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There has been extensive research on various aspects of Skype. Skype continues to inspire new papers. I have grouped the published papers about Skype into several categories. The link within each category is preceded by Skype version number. 'W' indicates Windows and 'L' indicates Linux.

Skype Architecture

Skype Executable Reverse Engineering

Skype Quality and Reaction to Congestion

Skype Super Nodes and Call Relays

Detecting and Blocking Skype Traffic

Skype and Encrypted Traffic


Skype Security

From the Skype website

Skype and Firewalls

Skype and Softice

Skype Supernode Map

Skype FAQ

These FAQs are for v1.0.0.1 unless stated otherwise. However, most of them apply to the most recent version of Skype including 1.4.

Q: I am a system administrator and I want to block Skype. How can I do that?

You have to inspect the payload of the network (TCP, UDP) traffic. Otherwise, you cannot block Skype.

Please refer to our paper on Skype (v1.4) which explains the login procedure. Use snort or any other packet inspection tool to inspect the network traffic.

At login Skype sends a login message to the login server. The first two messages in that flow are:
Skype                                LS
           0x1603010000 -> (5 bytes)
      <- 0x1703010000      (5 bytes)

By blocking all incoming messages who have the signature 0x17030100, Skype is blocked.

Note that the first three bytes of client_key_exchange SSL message are 0x160301 which correspond to: 
0x16: the message type is client_key_exchange 
03 01: SSL version 3.1
Skype uses the SSL signature header for client to server message exchange. But for server to client message exchange, it uses a non-SSL based header. So by blocking packets that have this header (0x170301), one can effectively block Skype without blocking any other application.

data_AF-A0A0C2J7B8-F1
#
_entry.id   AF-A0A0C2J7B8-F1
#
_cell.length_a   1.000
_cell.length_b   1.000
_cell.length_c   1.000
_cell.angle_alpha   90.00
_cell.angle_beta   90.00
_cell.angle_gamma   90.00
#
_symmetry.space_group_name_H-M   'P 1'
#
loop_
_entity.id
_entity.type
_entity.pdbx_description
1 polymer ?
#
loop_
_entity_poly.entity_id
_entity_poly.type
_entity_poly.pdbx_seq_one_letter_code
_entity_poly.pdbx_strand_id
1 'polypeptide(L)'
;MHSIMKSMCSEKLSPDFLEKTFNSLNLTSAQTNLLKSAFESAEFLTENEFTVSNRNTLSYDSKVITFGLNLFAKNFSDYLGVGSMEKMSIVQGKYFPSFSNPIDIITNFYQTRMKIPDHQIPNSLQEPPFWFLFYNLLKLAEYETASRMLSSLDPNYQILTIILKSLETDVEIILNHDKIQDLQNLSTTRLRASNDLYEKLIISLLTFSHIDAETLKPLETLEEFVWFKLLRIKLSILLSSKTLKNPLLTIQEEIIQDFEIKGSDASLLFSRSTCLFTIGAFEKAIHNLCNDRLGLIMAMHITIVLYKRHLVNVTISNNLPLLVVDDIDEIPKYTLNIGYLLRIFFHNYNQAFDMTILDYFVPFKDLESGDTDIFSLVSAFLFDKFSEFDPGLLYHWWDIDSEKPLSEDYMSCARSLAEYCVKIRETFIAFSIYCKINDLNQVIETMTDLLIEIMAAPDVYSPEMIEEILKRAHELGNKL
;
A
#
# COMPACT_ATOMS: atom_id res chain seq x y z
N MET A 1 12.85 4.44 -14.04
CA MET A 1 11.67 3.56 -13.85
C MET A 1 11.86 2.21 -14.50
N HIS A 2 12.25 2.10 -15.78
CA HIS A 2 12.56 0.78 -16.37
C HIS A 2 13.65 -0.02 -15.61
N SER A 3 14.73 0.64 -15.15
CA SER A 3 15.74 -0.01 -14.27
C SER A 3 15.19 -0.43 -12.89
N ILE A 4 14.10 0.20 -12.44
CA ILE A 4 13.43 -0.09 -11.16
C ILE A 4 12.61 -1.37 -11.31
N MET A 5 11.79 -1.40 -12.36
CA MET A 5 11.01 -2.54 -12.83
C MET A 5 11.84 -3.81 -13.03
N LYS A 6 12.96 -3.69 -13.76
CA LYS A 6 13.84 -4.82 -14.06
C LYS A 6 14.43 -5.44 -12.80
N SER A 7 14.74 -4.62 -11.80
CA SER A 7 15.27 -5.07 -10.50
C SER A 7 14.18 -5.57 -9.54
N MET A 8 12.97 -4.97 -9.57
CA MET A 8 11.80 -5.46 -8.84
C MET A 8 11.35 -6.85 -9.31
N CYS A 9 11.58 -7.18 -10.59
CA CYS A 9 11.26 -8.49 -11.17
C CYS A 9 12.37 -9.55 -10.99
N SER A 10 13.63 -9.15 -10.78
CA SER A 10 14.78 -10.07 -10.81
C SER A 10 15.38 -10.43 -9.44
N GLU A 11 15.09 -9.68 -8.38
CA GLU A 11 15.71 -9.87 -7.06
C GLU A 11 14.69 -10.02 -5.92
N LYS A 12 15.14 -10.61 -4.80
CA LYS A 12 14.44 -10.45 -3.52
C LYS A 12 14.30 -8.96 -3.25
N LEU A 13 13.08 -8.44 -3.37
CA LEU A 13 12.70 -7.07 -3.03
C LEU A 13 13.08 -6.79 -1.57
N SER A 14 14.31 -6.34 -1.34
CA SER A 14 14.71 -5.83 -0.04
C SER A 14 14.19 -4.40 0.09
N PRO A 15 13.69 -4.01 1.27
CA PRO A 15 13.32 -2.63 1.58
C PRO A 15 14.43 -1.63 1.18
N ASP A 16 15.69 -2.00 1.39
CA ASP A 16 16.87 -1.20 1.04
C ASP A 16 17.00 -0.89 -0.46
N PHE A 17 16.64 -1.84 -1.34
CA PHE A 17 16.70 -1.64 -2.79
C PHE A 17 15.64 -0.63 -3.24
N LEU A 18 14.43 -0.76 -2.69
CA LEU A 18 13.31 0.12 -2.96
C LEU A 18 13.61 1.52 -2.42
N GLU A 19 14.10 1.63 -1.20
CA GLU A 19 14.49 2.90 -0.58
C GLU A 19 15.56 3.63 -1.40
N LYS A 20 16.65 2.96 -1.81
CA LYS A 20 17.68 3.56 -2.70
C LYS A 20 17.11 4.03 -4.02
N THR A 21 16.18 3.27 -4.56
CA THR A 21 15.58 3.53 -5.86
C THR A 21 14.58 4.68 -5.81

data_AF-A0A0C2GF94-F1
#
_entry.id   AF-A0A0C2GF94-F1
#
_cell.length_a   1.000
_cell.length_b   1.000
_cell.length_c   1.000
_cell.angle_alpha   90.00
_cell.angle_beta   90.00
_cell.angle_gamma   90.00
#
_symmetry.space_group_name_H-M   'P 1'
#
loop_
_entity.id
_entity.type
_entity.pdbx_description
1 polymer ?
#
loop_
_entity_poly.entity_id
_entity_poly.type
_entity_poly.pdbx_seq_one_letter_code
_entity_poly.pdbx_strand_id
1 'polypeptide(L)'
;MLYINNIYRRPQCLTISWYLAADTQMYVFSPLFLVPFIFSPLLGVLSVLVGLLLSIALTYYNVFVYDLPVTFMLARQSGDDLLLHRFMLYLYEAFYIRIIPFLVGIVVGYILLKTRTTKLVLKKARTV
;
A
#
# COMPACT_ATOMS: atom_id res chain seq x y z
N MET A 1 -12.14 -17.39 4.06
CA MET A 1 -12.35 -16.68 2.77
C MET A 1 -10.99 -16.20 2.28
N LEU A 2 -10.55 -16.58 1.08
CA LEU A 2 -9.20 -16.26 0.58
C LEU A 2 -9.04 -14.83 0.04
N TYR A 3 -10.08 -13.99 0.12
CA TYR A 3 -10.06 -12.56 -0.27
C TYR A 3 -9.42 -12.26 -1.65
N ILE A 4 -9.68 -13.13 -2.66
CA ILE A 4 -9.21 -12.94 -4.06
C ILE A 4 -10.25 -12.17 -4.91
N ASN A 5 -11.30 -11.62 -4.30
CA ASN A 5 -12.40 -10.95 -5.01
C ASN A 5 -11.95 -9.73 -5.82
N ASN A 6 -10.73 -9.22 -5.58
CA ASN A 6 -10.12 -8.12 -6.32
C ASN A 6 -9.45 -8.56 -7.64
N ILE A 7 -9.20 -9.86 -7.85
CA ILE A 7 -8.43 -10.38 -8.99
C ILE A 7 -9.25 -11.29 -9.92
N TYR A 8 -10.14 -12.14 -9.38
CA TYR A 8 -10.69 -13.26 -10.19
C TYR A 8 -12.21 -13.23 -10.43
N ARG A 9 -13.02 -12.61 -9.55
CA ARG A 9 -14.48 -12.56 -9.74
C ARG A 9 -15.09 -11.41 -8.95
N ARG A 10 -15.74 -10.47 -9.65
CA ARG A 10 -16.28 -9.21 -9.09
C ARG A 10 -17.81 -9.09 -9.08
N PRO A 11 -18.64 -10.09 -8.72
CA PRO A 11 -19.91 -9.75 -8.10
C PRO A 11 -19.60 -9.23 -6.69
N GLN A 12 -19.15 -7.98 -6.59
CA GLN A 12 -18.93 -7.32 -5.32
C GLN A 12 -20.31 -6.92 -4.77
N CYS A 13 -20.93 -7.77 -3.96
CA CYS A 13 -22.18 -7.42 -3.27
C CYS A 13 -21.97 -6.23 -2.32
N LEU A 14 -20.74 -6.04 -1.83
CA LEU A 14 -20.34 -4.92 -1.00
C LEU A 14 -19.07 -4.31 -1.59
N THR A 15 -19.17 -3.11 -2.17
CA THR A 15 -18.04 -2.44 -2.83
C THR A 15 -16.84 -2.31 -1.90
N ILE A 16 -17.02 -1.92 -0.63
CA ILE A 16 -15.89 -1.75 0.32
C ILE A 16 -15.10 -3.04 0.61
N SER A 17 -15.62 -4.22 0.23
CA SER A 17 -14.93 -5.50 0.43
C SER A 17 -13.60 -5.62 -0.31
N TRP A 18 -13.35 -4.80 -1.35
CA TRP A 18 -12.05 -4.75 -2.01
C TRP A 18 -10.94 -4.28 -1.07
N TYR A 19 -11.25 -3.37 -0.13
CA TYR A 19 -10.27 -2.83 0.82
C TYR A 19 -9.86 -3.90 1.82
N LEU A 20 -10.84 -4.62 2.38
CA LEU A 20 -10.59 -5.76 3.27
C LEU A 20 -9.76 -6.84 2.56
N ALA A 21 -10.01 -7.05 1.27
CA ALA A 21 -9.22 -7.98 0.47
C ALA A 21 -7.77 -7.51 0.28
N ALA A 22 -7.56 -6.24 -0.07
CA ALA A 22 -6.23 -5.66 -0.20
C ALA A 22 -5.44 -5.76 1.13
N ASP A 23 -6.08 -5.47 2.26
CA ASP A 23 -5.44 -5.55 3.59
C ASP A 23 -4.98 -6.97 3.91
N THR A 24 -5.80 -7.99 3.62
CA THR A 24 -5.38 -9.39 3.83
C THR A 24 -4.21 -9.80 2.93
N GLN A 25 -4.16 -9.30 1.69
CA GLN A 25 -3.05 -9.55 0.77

Q: I have a lot of bw and a public IP address. My Skype client becomes a SN. How can I prevent it?

Use any network monitoring tool. I recommend net-peeker. Use it to set the upload and download bandwidth to 100 bytes/s. Make sure to check 'Also appply to UDP sessions'. Most likely your node will not become a super node i.e. it will not route calls. However, it will still receive UDP and TCP traffic from other Skype clients.

Q: Are two Skype setup executables different? (potentially a different key embedded in each setup file)


Q: I logged off but did not close my Skype client. Are all TCP and UDP connections closed?

No, they are not. You must completely shut down your Skype application. Perhaps it is a bug, or perhaps it is purposely done.

Q: How many active TCP and UDP connections a Skype client has at any particular time?

When a Skype client is not in a call and is running on a machine with public IP address, it has on the average 4-8 active TCP connections and atleast one UDP connection. I noticed a string in the Skype executable dumps which mentioned that Maximum allowable connections are 10.

Q: How can I debug Skype?

Windows: You can try SoftICE. Skype does not work with SoftICE but there is a nice crack written by Gery Casiez. You can also try OllyDbg.

Linux: Skype refuses to run when run with ltrace. Skype does run with strace. Unfortunately, Skype executable hides the symbols making it quite difficult to reverse engineer.

Q: On which ports Skype listens for requests?

It listens for TCP connections on port 80, 443, and a randomly selected port (PORT) in the Skype 'Options' dialog. It uses PORT for sending and receiving UDP messages.

Q: Can I find the IP addresses of my buddies without asking them?

Try sending your buddy a Skype instant message. If there is no intermediate node, then your IM is sent to the IP address of your buddy.

Q: Are there any plain text messages in Skype?

Skype sends a HTTP 1.1 GET request to the Skype login server to check for the latest version and receives a HTTP response. There are no other plain text Skype messages.

Q: How does Skype compare with MSN, Yahoo, and Google Talk in voice quality?

We have calculated a metric called mouth-to-ear delay for Skype, Yahoo, and MSN. Skype had the best result followed by MSN and Yahoo was a distant third. Skype mouth-to-ear delay was close to 90 ms, MSN was 180 ms, Yahoo was 150 ms and Google Talk was 109 ms.

Last updated by Salman A. Baset